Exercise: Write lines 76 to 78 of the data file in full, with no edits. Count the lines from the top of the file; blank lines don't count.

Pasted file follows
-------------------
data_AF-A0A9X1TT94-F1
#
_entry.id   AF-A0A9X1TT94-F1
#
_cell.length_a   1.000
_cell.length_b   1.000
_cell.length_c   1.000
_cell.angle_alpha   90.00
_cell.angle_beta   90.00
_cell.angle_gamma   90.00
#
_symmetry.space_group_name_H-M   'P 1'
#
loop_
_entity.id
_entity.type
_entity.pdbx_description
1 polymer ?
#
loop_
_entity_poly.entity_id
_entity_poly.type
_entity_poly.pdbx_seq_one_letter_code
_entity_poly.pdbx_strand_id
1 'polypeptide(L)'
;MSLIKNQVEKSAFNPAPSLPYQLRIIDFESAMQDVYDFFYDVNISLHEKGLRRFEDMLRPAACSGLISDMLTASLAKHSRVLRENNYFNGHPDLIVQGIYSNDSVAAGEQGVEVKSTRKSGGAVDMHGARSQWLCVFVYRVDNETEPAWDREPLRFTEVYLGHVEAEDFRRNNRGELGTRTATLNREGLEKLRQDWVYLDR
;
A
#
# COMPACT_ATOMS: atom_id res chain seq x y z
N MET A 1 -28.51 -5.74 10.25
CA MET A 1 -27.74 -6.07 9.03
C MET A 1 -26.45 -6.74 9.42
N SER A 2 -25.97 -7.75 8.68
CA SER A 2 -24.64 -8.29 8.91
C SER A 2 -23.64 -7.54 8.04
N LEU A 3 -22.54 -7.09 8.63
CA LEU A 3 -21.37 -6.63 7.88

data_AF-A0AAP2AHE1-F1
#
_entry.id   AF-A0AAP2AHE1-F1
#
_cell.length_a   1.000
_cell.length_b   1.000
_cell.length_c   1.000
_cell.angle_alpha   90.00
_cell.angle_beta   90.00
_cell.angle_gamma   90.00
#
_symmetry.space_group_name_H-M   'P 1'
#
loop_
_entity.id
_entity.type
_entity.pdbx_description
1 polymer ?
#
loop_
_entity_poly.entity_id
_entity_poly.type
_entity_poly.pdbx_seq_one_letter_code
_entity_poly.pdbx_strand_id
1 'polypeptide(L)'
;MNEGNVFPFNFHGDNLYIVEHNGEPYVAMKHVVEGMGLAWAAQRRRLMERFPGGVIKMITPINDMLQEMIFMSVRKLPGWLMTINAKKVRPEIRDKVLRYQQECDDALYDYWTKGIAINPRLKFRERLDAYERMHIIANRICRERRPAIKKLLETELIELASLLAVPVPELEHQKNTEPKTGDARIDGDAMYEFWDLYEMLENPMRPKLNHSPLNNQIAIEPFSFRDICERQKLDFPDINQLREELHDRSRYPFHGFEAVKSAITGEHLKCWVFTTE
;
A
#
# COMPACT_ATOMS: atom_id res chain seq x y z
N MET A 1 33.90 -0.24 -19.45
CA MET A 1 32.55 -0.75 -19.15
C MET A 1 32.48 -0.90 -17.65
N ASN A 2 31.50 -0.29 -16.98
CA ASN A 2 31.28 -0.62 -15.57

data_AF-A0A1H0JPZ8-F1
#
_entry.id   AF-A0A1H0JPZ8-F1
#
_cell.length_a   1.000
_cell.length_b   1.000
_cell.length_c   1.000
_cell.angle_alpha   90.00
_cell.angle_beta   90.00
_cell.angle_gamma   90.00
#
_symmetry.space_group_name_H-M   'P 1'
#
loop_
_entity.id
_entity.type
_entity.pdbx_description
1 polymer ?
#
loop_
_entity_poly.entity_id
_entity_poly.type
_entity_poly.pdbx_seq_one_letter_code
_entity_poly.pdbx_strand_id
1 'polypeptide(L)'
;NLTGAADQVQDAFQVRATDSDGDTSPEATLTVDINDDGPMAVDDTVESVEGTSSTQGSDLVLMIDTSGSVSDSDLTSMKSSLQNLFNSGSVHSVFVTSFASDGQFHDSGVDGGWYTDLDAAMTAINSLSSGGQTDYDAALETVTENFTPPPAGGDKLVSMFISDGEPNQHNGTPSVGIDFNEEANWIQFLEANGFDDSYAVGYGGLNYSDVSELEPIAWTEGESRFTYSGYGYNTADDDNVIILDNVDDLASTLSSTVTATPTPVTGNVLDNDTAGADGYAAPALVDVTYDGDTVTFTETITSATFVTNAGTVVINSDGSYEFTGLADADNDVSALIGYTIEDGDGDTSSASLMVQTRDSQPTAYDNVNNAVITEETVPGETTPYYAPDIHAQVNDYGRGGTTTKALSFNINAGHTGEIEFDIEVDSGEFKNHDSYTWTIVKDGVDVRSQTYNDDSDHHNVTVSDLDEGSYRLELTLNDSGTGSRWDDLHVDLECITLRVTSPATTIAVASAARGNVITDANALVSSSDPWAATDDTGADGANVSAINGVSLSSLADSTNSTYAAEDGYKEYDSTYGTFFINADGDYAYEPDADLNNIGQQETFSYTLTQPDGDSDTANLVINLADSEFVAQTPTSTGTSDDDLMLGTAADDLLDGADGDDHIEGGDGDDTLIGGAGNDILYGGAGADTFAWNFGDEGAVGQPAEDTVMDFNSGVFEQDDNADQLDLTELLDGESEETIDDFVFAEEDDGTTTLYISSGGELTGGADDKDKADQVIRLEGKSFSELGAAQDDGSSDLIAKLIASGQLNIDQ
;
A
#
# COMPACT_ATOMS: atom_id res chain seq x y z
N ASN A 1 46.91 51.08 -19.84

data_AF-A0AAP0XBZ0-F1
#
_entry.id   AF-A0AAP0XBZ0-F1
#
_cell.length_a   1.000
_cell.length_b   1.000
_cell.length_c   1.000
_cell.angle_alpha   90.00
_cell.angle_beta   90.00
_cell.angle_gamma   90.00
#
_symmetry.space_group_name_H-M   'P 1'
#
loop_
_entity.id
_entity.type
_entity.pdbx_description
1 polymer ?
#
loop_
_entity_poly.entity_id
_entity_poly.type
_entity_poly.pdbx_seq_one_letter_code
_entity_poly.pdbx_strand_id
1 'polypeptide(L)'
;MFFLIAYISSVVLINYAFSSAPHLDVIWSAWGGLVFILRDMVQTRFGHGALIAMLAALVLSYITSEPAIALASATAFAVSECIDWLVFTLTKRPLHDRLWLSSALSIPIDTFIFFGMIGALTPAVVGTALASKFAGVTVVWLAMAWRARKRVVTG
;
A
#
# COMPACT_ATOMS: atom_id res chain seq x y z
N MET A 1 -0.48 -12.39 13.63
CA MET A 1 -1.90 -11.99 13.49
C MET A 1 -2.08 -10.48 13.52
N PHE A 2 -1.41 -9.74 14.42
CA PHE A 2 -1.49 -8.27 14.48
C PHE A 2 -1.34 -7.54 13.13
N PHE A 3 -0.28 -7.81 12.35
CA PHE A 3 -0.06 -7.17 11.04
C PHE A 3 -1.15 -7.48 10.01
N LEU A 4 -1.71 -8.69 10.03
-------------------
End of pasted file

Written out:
_entry.id   AF-A0A1H0JPZ8-F1
#
_cell.length_a   1.000